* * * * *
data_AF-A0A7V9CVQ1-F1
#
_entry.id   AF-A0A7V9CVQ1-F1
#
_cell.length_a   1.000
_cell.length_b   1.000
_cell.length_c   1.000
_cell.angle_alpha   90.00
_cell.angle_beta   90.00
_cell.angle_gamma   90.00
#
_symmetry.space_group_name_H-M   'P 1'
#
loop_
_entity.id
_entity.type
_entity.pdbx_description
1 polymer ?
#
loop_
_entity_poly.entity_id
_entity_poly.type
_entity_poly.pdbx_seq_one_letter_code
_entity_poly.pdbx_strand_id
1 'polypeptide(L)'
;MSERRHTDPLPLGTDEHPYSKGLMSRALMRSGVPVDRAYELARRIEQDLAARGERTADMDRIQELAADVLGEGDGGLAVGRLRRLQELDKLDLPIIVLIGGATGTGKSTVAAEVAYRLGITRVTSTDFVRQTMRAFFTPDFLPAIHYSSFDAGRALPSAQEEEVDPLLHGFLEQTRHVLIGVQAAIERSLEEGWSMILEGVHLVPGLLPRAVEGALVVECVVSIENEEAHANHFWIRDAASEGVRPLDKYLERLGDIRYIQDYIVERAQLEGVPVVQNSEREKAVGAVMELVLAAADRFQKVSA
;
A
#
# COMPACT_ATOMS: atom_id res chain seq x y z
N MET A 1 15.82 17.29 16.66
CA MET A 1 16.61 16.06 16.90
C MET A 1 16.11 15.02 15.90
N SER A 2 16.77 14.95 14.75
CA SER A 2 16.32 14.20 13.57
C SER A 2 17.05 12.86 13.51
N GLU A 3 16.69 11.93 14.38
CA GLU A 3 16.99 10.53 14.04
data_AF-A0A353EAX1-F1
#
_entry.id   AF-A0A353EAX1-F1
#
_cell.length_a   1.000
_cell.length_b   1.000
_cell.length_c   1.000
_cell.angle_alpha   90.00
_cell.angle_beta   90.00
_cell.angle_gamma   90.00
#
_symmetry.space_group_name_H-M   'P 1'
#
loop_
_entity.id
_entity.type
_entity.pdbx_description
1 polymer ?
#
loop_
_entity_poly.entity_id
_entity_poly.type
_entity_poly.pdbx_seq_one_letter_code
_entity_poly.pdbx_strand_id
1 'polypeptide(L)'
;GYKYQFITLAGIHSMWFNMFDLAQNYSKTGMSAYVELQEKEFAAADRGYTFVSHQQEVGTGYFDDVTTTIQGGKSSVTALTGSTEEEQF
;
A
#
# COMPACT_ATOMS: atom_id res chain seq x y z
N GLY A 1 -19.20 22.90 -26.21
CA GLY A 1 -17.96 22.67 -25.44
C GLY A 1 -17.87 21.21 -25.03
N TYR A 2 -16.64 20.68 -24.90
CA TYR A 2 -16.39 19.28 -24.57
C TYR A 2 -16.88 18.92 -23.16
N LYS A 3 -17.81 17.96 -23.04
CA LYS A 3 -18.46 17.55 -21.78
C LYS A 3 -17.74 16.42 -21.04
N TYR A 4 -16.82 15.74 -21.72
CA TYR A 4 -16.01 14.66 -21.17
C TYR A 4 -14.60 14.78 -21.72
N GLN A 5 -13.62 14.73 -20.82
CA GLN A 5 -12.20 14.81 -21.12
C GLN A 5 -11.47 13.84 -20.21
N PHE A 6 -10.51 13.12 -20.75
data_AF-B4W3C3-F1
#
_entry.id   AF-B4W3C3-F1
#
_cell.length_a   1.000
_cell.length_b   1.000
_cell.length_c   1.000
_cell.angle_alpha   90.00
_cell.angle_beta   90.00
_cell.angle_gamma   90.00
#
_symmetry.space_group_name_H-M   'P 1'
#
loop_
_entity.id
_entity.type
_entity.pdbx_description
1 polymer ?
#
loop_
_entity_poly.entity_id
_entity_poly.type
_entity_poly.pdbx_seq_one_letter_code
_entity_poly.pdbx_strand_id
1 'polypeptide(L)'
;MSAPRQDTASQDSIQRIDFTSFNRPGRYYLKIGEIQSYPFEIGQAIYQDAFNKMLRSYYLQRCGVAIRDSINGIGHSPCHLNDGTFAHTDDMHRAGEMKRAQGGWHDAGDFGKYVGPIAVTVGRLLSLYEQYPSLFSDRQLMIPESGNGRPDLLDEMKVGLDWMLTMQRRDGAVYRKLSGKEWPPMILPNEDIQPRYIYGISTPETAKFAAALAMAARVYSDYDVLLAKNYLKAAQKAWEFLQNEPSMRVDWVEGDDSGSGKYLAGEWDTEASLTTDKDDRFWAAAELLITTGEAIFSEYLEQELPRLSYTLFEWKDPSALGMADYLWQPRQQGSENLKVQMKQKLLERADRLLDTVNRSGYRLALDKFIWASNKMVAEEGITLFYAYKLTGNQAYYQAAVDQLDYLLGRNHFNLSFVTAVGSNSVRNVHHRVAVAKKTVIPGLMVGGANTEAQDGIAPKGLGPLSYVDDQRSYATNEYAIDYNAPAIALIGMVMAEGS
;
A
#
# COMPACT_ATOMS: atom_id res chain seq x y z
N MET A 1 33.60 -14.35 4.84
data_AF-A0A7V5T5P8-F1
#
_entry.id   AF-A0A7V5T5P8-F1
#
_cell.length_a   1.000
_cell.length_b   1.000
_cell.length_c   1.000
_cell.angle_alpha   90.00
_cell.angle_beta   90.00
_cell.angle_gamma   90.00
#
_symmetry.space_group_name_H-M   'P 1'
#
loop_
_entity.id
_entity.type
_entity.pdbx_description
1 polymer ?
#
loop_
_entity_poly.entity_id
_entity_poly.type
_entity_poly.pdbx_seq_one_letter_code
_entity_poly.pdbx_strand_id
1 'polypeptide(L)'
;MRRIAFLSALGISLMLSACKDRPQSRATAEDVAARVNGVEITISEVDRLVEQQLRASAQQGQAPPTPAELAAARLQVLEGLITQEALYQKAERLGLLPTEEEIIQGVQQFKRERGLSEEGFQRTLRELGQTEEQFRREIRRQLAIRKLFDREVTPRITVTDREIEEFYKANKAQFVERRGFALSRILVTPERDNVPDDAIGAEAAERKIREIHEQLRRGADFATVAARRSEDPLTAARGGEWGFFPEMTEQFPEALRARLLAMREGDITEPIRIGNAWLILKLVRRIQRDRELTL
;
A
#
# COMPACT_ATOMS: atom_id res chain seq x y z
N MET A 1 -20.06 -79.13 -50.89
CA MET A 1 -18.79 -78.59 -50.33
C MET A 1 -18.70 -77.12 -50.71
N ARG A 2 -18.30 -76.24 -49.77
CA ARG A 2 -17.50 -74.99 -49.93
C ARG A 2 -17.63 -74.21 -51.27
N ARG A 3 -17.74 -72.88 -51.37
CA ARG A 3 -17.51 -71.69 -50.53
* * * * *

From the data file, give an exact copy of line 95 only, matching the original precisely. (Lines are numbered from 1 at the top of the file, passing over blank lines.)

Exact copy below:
#